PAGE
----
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1 of 1 people found the following review helpful By Charles J. Rector on June 19 2004
Format: Paperback
A Canticle for Leibowitz is not a novel. Rather, it is 3 linked novellas concerning the Order of Saint Leibowitz. Each of these novellas have different focuses and at first glance, would seem to have little to do with the other novellas. However, when you get down to thinking about it, they are actually pieces of a united work.
The first novella, Fiat Homo, is squarely about the Abbey of Saint Leibowitz and begins with the discovery of the Sacred Shopping List. It is the story of how the brothers seek to have Leibowitz officially recognized as a saint.
The second novella, Fiat Lux, is an espionage thriller dealing with the diabolical plans of the Emperor of Texarkana for continental domination. The third novella, Fiat Voluntas Tua, deals with the Second Nuclear Age as the nations that arose from the ashes of the First Nuclear Age and the nuclear war that ended that age, grapple with both nuclear weapons and the knowledge that a previous civilization died from those weapons.
As you can see, the 3 novellas deal with diverse subjects, but it is the way that Miller weaves his stories that the 3 become one.
A Canticle For Leibowitz is a most intriguing and well executed book and should be required reading in classrooms today.
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Format: Mass Market Paperback
The first thing that struck me about A Canticle for Leibowitz is just how well it reads over 50 years from its publication—released in 1959, even before the Cold War really took off, this classic post-apocalyptic novel still reads like a modern-day cautionary tale against nuclear weapons. In the first third of the novel, we meet Brother Francis, a young monk of an order that preserves the relics of a twentieth-century humanity that was nearly wiped out by a nuclear war. While fasting in the desert, Francis stumbles upon some relics from Saint Leibowitz, the founder of his order. These 'relics' are in fact electrical diagrams—Leibowitz was a Jewish-American electrical engineer—and Francis is eventually, after much debate as to the diagrams' authenticity, tasked with transporting them to New Rome. Here, they are added to the Church's slowly but inexorably growing scientific libraries, eventually spurring a new industrial era in the second third of the book. The pace of research continues to grow over hundreds of years, with Church scientists rediscovering things like general relativity and, inevitably, the secrets of the atom that had destroyed civilization over a millennium ago. By the final third of the novel, a nuclear-armed humanity is once again poised on the brink of armageddon.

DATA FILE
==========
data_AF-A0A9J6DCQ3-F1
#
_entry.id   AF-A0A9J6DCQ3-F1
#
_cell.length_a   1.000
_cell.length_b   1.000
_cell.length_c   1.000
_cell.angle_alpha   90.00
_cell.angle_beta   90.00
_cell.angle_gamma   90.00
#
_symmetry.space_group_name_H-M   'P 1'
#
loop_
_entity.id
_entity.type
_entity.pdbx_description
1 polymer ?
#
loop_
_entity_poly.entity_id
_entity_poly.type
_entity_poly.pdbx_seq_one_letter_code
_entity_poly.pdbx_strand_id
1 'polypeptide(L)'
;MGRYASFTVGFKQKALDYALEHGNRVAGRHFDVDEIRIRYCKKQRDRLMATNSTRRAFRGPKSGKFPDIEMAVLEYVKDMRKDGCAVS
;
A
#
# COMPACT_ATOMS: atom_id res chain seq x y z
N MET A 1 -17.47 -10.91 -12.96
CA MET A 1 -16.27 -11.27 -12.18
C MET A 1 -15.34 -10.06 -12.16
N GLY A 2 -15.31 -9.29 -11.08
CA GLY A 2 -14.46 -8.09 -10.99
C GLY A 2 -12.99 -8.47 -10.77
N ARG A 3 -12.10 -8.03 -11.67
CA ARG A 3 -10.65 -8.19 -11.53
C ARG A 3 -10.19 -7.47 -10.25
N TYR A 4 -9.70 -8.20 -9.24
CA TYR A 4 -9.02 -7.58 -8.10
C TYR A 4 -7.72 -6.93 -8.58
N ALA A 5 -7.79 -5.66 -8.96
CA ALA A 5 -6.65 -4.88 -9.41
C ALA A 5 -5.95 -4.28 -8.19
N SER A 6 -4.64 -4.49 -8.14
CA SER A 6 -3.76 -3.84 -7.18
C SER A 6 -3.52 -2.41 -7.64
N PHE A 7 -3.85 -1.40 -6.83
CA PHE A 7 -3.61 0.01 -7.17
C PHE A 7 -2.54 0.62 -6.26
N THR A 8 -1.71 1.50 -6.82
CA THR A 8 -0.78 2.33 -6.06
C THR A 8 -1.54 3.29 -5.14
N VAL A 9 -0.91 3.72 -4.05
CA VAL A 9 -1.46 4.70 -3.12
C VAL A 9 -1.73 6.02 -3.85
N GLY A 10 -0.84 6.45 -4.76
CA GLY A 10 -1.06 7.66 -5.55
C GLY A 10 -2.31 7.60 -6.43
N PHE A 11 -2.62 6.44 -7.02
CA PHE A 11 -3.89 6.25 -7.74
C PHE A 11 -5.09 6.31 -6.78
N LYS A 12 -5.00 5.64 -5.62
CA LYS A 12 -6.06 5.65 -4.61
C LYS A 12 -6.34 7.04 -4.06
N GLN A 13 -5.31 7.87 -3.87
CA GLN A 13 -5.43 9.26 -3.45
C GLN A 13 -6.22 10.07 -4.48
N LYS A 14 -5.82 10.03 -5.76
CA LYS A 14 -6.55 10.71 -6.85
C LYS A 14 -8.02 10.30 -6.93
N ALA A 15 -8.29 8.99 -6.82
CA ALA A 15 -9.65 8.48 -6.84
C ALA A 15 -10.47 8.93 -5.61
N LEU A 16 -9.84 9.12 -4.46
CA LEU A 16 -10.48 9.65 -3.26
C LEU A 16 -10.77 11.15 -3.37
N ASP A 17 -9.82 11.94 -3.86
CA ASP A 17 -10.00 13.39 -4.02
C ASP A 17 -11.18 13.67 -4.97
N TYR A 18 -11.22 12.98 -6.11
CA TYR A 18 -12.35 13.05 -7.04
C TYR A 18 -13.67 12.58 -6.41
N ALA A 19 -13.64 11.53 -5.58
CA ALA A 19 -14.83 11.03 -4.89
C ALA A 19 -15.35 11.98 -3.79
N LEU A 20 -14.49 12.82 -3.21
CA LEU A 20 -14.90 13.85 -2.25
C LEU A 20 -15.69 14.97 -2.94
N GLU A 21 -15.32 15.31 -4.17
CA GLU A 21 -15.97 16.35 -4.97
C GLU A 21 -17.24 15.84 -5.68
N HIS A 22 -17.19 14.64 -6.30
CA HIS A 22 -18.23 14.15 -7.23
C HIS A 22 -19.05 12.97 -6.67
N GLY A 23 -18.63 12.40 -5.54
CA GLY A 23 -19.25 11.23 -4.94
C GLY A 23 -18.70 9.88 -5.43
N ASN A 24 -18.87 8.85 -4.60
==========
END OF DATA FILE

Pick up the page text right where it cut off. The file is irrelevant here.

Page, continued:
Though the Fall of Man is an ancient literary theme, A Canticle for Leibowitz is probably one of the first science fiction novels to raise the question of whether we really are doomed to fall through technological rather than supernatural means. Miller makes his opinion on this matter fairly clear. I myself work on projects related to disarmament, and therefore (or despite this?) I have higher hopes than Miller for the future of humanity and technology.
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By Jack Purcell on May 16 2004
Format: Paperback
Imagine a Benedictine monastary, monks going through their daily rituals, preserving and reproducing holy documents without understanding them or why they're holy for hundreds of years through the dark ages. Now imagine that same monastary in some future time, some future dark age after the fall of all those things we believe make us a civilization. That's the basic theme of Canticle for Liebowitz.
As the churches of past times strove to have their Saints and holy artifacts recognized by the Church, so they do in Canticle. It's a good yarn, an intertaining one, an absorbing one. I'm not certain why this book isn't among those listed as 'classics', reviewed by hundreds of reader-fans. I do know I loved it when I first read it several decades ago and I've loved it every time I've read it since.
I see in the editorial review that the book had a sequel I'd never heard of. I'm going to try to chase it down. Meanwhile, I recommend you get yourself a copy of this one and begin the sustained process of enjoying it occasionally for as long as you have eyesight and enough light to read by.